The Senate math for Democrats fighting to defeat confirmation of Brett Kavanaugh as a Supreme Court justice was originally straightforward if daunting: flip one of two pro-choice Senate Republicans (Collins and Murkowski) and hold all the Democrats, and the deed would be done. Senate Democratic leader Chuck Schumer asked vulnerable red-state Democrats up for reelection this year (especially Joe Donnelly of Indiana, Heidi Heitkamp of North Dakota, and Joe Manchin of West Virginia, who all voted to confirm Neil Gorsuch last year) to “keep their powder dry” as long as possible to determine if their votes even mattered. And some progressives criticized Schumer for this “catch-and-release” strategy, arguing that solidifying the Democratic caucus first would make it possible to bring the hammers of hell down on Collins and Murkowski as each being potential deciding votes.
But then something very big happened that oddly enough has been underappreciated in its impact on the Kavanaugh confirmation fight: John McCain died, and Jon Kyl was appointed to take his seat. Since McCain had been absent from the Senate most of the year due to illness, Republicans could not afford to lose more than one senator on a tough vote like this one. Kyl was actually Kavanaugh’s “sherpa” (a senior party figure designated to guide a nominee) during the confirmation process, so he will be there with bells on to vote for the judge. And thus the scenario in which Democrats could go after Collins and Murkowski individually as the “deciding vote” has evaporated. They now must flip both Republicans before any of the red-state Democratic senators matter at all. And that means the moment either Collins or Murkowski announces for Kavanaugh, it’s game over. It’s a subtle but crucial difference from the situation before McCain died.
Progressives inclined to place pressure on Donnelly, Heitkamp, and Manchin (or for that matter, Alabama’s Doug Jones or Montana’s Jon Tester — there are many cats that must be herded to keep the caucus intact) should take this change of circumstances fully into account. The odds of defeating this confirmation have gone down significantly, not only because Kavanaugh got through his interrogation in the Judiciary Committee without any big revelations, but because Republicans can now afford to lose a senator without losing the vote.
To some extent this has become a game of chicken: how long can the red-state Democrats stay on the fence, and how late in the process can Collins and Murkowski delay their announcements? Murkowski has indicated she probably won’t tip her hand until right before the Senate vote, which would be consistent with her habit in the past of pursuing concessions before deciding whether to put on the party harness. She may also be more “gettable” for Kavanaugh opponents because she has reasons beyond abortion policy to worry about him: Native Alaskans fear he’ll vote to kill fishing rights they rely on in a case that could reach the Supreme Court almost immediately after he would join the Team of Nine (as he insisted on calling it through his hearings).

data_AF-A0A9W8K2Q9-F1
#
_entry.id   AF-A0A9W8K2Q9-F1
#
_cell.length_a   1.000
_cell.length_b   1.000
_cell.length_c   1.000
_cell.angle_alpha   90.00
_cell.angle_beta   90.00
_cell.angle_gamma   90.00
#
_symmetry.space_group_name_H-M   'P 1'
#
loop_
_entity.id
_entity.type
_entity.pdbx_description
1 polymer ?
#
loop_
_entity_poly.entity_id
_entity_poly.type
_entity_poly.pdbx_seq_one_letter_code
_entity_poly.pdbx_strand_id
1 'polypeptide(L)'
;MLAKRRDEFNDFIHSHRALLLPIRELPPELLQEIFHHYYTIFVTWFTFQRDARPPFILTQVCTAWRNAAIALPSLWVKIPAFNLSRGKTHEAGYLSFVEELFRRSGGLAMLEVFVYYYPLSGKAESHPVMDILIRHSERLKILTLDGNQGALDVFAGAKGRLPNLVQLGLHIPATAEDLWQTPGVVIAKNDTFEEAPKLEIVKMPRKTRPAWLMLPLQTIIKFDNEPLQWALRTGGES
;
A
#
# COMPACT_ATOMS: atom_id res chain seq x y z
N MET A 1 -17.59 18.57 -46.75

But to the extent that at least one of these two Republicans is very likely to vote for Kavanaugh, progressive groups need to reconsider the costs of making this a litmus test for Senate Democrats. As Mike Tomasky, no centrist squish, said in a New York Times op-ed, it may make little sense:
You have to look at the situations these people find themselves in, consider their re-election prospects — and consider the alternative. Take Mr. Manchin, whose circumstance is the one I know best.
He’s running for re-election in a state, my home state, where Mr. Trump is still enormously popular. Yet, Mr. Manchin is around eight points ahead of his Republican opponent, Patrick Morrisey, the state attorney general. Right now, Mr. Morrisey hasn’t yet quite found a theme on which to hammer Mr. Manchin.
But if Mr. Manchin were to cast a (numerically meaningless!) vote against Mr. Kavanaugh — presto. The rest of the race would be about that, and nothing but that. Millions of dark money dollars would pour in for TV ads blasting Mr. Manchin for going against the wishes of their president.
Yes, there is one dubious poll from Indiana showing that another highly vulnerable red-state Democrat, Joe Donnelly, would actually do better in November if he voted against Kavanaugh. But in general, national groups should not second-guess Democratic senators’ own assessments of what they need for political survival.
So at present the smart Democratic strategy is to focus with the light and heat of a thousand suns on Susan Collins, who will probably announce her decision on Kavanaugh earlier rather than later. Assuming she wants another term in the Senate in 2020, she may be most concerned about heading off a conservative primary challenge from Maine governor Paul LePage (who is term-limited this year) or someone of his abrasively conservative ilk. That’s why the initiative to crowdfund a Democratic opponent for Collins if she votes for Kavanaugh — which has already raised nearly $900,000 — is a smart move.
And if she decides to vote for Kavanaugh anyway, then as Tomasky notes, it really doesn’t matter if “he has 51 votes or 56.” The only rationale for going after red-state Democrats in that case would be as part of a drive for ideological and partisan purity in the Democratic Party. And at that point progressives need to seriously ask themselves if more left-bent candidates are likely to win in states like North Dakota and West Virginia in the foreseeable future.